The Apple Watch Series 3 ships with watchOS 4, which we’ve covered elsewhere, but it does have a couple of features worth touching upon here. Instead of the ‘boring’ pop-ups that simply updated you on your activity for the day, the Watch now mixes things up by telling you whether you are making good progress compared to an average day, or if you are “usually further along” on most days. Towards the end of the day, it gives even more specific messages such as telling you that a brisk 11 minute walk will close all your rings, which can be pretty motivating. The animations that you see as a ‘reward’ for closing your ring(s) are now a lot more elaborate, something we came to appreciate.
watchOS 4 introduces new watch faces including the Siri watch face, Toy Story, and Kaleidoscope. You also get a redesigned Workout app and a new High Intensity Interval Training (HIIT) workout type. Your Apple Watch (including Series 2) is now also able to automatically detect the kind of swimming stroke you used during a session. This lets you see a neat breakdown with the time and distance you spent alternating between different kinds of strokes; a touch that swimmers will really appreciate.
The watchOS 4.1 update also added the ability to stream music from the cloud via Apple Music directly on the Apple Watch. The feature works on both Wi-Fi and LTE variants of the Watch, but in our opinion, it would be a lot more useful on the latter.
We’d like to see watchOS open a little bit more and add support for third-party watch faces, similar to Android Wear. So far, Apple has done a good job of finding the right balance between adding features and optimising battery life, and one wonders if a future Apple Watch will have features like an (optional) always-on display.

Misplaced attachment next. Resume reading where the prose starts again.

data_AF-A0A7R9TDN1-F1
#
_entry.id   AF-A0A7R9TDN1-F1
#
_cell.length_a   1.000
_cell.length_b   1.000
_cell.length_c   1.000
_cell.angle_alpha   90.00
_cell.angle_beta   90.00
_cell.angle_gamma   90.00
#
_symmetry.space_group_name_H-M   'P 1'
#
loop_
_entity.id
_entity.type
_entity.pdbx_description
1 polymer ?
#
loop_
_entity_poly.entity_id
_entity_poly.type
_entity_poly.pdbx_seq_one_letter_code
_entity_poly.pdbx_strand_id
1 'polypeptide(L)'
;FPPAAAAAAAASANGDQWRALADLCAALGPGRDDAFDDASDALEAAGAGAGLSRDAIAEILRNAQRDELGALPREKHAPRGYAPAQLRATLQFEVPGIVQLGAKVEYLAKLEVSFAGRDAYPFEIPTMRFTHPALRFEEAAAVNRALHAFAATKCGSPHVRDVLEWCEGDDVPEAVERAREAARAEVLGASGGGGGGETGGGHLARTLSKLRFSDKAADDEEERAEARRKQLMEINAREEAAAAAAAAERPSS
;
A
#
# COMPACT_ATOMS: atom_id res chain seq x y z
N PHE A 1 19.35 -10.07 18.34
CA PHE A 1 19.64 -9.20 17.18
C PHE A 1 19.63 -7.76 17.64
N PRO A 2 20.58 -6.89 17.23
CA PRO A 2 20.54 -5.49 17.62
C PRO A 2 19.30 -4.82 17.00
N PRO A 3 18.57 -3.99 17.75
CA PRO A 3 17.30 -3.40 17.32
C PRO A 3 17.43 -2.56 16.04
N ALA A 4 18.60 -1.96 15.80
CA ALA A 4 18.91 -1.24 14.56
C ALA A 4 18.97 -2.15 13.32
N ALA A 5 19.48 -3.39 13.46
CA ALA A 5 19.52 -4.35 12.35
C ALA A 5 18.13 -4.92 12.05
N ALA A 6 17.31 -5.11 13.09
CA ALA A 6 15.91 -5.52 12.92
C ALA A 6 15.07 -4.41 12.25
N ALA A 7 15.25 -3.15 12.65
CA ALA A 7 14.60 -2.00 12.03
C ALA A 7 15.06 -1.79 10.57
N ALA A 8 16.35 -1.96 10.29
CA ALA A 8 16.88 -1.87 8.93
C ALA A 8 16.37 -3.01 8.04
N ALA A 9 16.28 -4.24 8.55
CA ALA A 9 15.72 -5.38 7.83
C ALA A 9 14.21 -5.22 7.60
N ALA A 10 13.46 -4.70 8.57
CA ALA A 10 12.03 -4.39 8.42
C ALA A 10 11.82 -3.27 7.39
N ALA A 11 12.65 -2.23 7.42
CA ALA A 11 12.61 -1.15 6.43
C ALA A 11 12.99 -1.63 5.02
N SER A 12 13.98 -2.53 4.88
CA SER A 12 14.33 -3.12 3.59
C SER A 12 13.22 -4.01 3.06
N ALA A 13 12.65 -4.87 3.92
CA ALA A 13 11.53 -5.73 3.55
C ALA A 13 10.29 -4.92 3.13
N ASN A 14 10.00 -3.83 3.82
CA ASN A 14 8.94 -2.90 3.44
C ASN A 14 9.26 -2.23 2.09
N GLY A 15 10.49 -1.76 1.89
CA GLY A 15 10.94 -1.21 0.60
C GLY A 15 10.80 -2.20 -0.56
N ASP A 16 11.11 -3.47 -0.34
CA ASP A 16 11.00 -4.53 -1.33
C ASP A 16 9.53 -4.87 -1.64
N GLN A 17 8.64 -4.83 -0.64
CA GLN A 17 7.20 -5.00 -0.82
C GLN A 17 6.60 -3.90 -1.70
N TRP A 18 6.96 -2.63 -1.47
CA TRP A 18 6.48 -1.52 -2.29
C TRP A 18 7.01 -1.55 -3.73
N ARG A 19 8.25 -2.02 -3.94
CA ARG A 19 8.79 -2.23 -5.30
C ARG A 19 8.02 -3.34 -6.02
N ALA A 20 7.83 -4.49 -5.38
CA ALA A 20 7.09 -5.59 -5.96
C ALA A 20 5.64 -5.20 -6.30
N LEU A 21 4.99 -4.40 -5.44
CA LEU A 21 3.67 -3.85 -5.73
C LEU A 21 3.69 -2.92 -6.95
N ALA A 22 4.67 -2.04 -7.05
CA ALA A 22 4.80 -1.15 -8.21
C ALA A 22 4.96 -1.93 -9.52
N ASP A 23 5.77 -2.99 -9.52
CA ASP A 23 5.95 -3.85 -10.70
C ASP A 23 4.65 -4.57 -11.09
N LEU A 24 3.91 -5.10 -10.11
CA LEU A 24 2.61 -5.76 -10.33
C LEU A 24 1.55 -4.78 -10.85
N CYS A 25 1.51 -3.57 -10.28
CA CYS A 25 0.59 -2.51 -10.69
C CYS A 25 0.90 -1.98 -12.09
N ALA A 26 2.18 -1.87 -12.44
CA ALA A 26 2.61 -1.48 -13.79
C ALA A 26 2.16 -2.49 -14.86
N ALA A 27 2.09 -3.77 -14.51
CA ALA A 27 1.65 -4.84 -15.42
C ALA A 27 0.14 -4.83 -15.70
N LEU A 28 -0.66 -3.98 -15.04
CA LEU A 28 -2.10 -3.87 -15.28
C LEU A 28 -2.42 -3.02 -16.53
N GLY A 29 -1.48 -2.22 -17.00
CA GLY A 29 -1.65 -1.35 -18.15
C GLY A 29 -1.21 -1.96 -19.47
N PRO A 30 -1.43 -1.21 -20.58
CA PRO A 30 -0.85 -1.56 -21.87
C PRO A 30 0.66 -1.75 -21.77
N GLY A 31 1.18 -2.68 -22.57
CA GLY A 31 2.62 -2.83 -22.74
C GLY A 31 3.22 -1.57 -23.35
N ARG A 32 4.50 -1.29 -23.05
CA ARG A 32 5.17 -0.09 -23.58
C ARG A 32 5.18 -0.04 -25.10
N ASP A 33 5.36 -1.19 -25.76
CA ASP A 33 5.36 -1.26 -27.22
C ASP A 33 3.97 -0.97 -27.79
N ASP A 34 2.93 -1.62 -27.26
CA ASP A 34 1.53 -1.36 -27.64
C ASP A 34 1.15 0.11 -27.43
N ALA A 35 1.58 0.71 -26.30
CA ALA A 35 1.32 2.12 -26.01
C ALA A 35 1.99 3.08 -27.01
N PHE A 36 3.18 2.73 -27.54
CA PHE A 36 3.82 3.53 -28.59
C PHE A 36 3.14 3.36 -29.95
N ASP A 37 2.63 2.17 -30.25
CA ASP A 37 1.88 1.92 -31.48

Apple claims all-day battery life with the Series 3, and the Watch constantly topped that expectation during our review period. We easily got two days of life out of each full charge, with tons of notifications popping up on our Watch throughout the day, but with admittedly limited workout sessions, so we weren’t really using GPS for the most part. Our long-term experience with the Series 2 and the original Apple Watch shows that even after one and two years respectively, you should get at least one-day battery life without any problems even if you lead a more active lifestyle.
The process of untethering the Apple Watch from the iPhone started when the Series 2 added GPS functionality, and it continues with the Series 3 bringing in an altimeter and LTE, though the latter isn’t available in India yet. Starting at Rs. 29,900 for the 38mm model with Aluminium Case and Sport Band (the one pictured above is the Anthracite/ Black Nike Sport Band) and Rs. 31,900 for the 42mm equivalent, the Series 3 Apple Watch isn’t exactly cheap, but the launch prices are lower than that of the previous generation. As with earlier models, you will need to have an iPhone to set up and use the Apple Watch.
If you lead an active lifestyle and fitness-focussed features are the main attraction, the latest Apple Watch is a great pick. Apple also still officially sells the slightly less expensive (but slower) Series 1, but you would miss out on features like GPS, altimeter, water resistance, and Siri that talks, so you are better off buying the latest model if you can afford it.